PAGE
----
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7 Penyiasat - Rahsia Terbongkar! 

Title: Rahsia Terbongkar!
   Tujuh Penyiasat
Author: Am not too sure.
Publisher: Hasrat
Rating: 3/10
Ya, ini dia buku yang dinanti nantikan!

Seronoknya membaca mengenai adventure Si Rama [Big Head I'm In Control Ketua Rama], Balan, Sean Huat, Ranjit, Sarojini, Alice, Ai Lin dan anjing mereka Bobo. Dan juga adik perempuan Rama yang irritating, Susila.

I hate Susila names, btw. Dont know why.

Namanya Bobo sepertilah yang kita frequently nampak dalam filem Hindi. Dan juga di-noticed yang oleh sebabnya ada se ekor Bobo yang saya tidak tahu jantinanya, maka tiadalah watak yang berbangsa Melayu - tidak muhibbah sepenuhnya, tidak jika anda tidak kira watak yang bukan dalam kumpulan esklusif 7 Penyiasat.

[I so wanna call it a bitch, I hate Bobo dogs, just like I hate you.]

Ok dalam episod ini seorang budak perempuan Melayu - Asiah binti Ramli yang telah hilang selepas dituduh mencuri duit dari asrama dan bebudak 7 yang sibuk itu pegi ke-poh dan ingin menyelesaikan misteri itu.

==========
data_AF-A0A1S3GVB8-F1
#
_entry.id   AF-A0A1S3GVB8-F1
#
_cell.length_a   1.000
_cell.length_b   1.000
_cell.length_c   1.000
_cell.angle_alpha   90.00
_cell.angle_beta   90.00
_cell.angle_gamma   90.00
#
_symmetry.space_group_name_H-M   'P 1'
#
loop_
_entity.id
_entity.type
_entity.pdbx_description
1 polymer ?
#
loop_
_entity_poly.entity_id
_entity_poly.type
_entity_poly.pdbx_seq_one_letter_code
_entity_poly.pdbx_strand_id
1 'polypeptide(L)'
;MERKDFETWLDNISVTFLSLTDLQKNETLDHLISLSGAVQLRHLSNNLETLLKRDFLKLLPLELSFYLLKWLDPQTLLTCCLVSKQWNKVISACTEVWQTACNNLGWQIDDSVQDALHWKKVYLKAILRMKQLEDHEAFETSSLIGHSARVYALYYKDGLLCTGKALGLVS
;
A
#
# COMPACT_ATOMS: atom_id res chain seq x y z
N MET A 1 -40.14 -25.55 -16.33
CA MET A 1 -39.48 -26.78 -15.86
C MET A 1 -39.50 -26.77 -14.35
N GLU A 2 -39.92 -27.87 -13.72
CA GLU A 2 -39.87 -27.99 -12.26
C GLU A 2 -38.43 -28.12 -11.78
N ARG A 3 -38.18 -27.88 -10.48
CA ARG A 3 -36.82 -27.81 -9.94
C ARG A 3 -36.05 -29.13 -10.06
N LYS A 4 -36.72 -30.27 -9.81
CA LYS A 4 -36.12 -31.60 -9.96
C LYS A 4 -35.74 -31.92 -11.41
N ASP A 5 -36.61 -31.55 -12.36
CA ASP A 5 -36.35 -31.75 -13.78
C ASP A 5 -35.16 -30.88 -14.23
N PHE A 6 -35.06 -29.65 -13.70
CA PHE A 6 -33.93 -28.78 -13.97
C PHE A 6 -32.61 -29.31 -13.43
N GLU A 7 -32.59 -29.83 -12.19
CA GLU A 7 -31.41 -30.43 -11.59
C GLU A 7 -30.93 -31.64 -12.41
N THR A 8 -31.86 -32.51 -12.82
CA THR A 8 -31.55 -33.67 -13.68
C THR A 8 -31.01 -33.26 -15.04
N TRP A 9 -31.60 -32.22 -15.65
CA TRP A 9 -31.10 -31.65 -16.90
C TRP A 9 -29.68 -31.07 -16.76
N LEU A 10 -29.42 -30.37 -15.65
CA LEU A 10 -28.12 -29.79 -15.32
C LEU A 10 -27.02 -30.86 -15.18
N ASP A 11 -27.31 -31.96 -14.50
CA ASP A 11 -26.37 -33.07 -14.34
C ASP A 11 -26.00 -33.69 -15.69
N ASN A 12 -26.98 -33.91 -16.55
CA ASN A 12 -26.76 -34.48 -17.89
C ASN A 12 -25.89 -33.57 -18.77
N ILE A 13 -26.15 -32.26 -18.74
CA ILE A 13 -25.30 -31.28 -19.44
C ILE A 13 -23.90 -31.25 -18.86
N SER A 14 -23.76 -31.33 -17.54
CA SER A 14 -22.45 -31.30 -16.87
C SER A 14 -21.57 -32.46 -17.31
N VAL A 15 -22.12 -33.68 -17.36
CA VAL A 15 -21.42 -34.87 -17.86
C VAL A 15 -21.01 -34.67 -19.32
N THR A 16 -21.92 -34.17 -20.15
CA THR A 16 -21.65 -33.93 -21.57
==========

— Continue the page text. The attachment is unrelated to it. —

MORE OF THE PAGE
Yang peliknya, cerita ini mengaitkan banyak elemen yang ganjil ganjil.

Contohnya, 'perkataan pengenalan' [identifying word? haha thats 'password' for you!] yang digunakan adalah 'kambing'! Like, get an imagination already! Dan sejak bilakah si-butch-bitch-anjing di Malaysia menyalak dengan 'woof woof woof'? Ha Ha Ha *gelak*.

Nah - ada nih lagi - Si Aisiah tu, dia menyorok di kandang kuda? Nak kerja kat kandang kuda ye? Nak cari kandang kuda di Malaysia pun dah susah. Me thinks they live in some exclusive suburban kampung, KDK - Ketawa Dengan Kuat.

Overall: Siri yang baik, namun translasinya amat buruk; dan cara adaptasi yang tidak betul. Memalukan Enid Blyton sahaja pah. A lame attempt, but hey, RM 2.50!

Best for toxic bathroom literature - Thats how I grew up, my good friends!

This was originally posted by Steph Lee@EggYoilk&Egg

graceshu  # 10:12 AM